Chapter

1920–21

Jonathan D. Smele

in The "Russian" Civil Wars, 1916—1926

Published in print February 2016 | ISBN: 9780190233044
Published online June 2016 | e-ISBN: 9780190618551 | DOI: https://dx.doi.org/10.1093/acprof:oso/9780190233044.003.0004
1920–21

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This chapter analyses the Red Army's many operations around the periphery of the former Russian Empire — notably its conquering of the putatively independent republics of Azerbaijan, Armenia and Georgia in 1920–21 — as the White armies disintegrated. These Red victories in Transcaucasia, it is noted, induced an element of Realpolitik into Soviet foreign policy in Moscow's dealings with Persia and the Kemalist regime in the former Ottoman Empire, but also fomented hopes of an anti-imperialist united front in Asia, as was manifested in the peculiar Congress of the Peoples of the East that the Soviet government organized in Baku in September 1920. The chapter also examines the course of the struggles on the western borderlands of the former empire (notably the Ukrainian–Polish War), culminating in the Soviet–Polish War and its contested meanings and outcomes. Focused upon here is the outbreak of pogroms in Ukraine and Poland, evincing the endemic antisemitism of most military forces involved in the “Russian” Civil Wars. Finally, the chapter elaborates upon the doomed advance from Crimea of the last significant White force of the civil wars — that of General P.N. Wrangel.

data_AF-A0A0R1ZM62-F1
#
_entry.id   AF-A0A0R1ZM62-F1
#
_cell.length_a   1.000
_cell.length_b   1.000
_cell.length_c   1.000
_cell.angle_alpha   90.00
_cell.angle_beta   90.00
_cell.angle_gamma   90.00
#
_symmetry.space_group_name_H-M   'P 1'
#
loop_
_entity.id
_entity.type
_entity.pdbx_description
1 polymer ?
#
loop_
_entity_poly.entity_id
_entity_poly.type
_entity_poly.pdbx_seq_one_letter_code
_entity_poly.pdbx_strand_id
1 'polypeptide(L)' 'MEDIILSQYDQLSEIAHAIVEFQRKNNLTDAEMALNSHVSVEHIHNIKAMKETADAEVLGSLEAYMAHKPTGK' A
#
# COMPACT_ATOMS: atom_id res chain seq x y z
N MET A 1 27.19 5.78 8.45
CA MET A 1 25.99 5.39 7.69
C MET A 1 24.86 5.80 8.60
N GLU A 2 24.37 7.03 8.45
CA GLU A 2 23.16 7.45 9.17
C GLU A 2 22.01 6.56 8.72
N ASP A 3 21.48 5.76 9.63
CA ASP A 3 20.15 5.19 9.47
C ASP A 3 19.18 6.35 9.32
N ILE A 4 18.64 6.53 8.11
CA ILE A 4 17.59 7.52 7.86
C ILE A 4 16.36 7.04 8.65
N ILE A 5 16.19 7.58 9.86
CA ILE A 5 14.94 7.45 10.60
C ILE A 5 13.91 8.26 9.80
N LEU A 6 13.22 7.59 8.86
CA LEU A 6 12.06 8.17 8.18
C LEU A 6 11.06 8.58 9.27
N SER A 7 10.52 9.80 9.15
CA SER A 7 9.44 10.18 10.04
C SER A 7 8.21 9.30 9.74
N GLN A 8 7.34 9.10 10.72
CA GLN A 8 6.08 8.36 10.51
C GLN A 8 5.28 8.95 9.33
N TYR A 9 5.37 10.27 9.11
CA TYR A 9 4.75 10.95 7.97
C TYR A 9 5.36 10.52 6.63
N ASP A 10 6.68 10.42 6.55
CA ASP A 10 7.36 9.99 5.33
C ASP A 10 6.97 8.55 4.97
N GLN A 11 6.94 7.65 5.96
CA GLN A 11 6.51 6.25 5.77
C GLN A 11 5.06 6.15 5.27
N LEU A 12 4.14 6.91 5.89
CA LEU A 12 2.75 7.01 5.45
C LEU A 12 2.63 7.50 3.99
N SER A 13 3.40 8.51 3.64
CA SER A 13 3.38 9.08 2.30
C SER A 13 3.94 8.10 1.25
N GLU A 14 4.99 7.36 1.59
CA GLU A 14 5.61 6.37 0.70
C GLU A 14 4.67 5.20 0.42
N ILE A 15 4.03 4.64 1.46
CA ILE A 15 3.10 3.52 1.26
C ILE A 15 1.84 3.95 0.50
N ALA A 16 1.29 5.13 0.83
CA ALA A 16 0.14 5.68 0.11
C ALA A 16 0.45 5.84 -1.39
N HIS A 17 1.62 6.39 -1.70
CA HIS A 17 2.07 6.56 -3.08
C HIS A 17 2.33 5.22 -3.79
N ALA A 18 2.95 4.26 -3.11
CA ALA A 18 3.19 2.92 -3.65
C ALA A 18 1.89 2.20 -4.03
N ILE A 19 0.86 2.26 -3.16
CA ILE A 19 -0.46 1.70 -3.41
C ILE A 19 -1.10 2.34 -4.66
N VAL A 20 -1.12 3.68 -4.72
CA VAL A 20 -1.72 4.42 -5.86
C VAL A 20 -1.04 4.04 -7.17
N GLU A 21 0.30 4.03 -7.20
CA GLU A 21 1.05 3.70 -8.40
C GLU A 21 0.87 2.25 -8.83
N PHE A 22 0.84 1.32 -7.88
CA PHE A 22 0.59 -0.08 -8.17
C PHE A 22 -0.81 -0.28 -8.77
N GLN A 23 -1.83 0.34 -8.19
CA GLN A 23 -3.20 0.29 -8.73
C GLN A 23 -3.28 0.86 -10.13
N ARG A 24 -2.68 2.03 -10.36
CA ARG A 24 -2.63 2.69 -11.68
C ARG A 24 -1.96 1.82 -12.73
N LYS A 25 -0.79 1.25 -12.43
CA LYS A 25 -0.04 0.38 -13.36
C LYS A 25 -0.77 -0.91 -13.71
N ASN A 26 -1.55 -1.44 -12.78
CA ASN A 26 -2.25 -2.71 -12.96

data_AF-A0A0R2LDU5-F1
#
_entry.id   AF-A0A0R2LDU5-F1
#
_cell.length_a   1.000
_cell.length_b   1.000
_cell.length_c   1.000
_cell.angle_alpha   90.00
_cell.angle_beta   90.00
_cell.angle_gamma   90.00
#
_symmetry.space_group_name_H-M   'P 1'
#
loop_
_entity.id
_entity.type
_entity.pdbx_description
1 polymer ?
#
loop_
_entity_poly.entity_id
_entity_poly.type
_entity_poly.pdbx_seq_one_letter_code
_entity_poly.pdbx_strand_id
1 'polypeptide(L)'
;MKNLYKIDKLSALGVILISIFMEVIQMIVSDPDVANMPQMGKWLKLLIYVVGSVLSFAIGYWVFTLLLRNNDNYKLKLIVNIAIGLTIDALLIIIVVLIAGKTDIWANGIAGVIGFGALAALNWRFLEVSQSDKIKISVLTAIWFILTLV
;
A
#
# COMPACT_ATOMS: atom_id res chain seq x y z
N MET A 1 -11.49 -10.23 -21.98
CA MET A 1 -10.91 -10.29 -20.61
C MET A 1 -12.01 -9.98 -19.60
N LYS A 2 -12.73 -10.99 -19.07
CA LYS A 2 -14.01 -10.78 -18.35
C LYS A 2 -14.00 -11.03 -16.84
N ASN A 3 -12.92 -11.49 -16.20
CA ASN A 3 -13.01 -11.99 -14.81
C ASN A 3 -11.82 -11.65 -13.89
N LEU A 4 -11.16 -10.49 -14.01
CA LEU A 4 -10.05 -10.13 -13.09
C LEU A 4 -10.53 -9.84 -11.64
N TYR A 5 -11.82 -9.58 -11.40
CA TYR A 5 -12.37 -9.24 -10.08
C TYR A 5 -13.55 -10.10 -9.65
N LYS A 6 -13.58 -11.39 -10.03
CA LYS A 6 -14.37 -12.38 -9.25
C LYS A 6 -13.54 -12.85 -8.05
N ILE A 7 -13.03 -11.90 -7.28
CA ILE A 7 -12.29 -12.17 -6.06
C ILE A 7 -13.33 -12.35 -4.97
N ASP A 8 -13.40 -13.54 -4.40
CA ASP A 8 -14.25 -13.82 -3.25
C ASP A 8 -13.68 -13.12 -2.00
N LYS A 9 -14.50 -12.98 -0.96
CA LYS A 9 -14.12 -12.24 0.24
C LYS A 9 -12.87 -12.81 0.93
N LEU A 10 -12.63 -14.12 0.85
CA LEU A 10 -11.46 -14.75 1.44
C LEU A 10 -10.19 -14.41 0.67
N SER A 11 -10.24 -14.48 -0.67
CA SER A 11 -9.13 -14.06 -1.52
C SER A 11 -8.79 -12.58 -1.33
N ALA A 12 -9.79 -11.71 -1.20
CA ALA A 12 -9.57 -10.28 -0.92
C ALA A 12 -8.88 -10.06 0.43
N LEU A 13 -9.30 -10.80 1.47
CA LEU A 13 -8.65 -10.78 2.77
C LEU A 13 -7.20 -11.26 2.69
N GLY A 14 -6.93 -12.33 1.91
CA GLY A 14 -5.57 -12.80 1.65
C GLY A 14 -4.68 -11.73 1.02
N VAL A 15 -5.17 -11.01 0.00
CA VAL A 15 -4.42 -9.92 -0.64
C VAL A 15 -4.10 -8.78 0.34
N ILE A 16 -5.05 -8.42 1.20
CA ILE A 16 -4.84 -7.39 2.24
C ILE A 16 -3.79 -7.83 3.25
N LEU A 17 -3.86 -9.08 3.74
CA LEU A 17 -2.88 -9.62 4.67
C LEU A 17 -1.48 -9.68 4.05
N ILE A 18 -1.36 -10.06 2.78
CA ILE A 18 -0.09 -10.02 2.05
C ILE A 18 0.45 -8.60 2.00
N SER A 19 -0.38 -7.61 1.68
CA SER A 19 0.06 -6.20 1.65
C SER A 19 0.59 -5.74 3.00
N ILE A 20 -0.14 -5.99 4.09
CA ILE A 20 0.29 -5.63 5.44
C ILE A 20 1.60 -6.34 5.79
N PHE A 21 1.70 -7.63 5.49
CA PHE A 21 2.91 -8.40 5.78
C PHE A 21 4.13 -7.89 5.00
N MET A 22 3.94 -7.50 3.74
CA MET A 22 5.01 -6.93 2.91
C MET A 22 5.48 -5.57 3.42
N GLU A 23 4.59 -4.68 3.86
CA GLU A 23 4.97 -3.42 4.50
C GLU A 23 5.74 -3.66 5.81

Keywords: Azerbaijan; Armenia; Georgia; Persia; Ottoman Empire; Congress of the Peoples of the East; Ukrainian–Polish War; Soviet–Polish War; antisemitism; P.N. Wrangel

Chapter.  13511 words. 

Subjects: Modern History (1700 to 1945)

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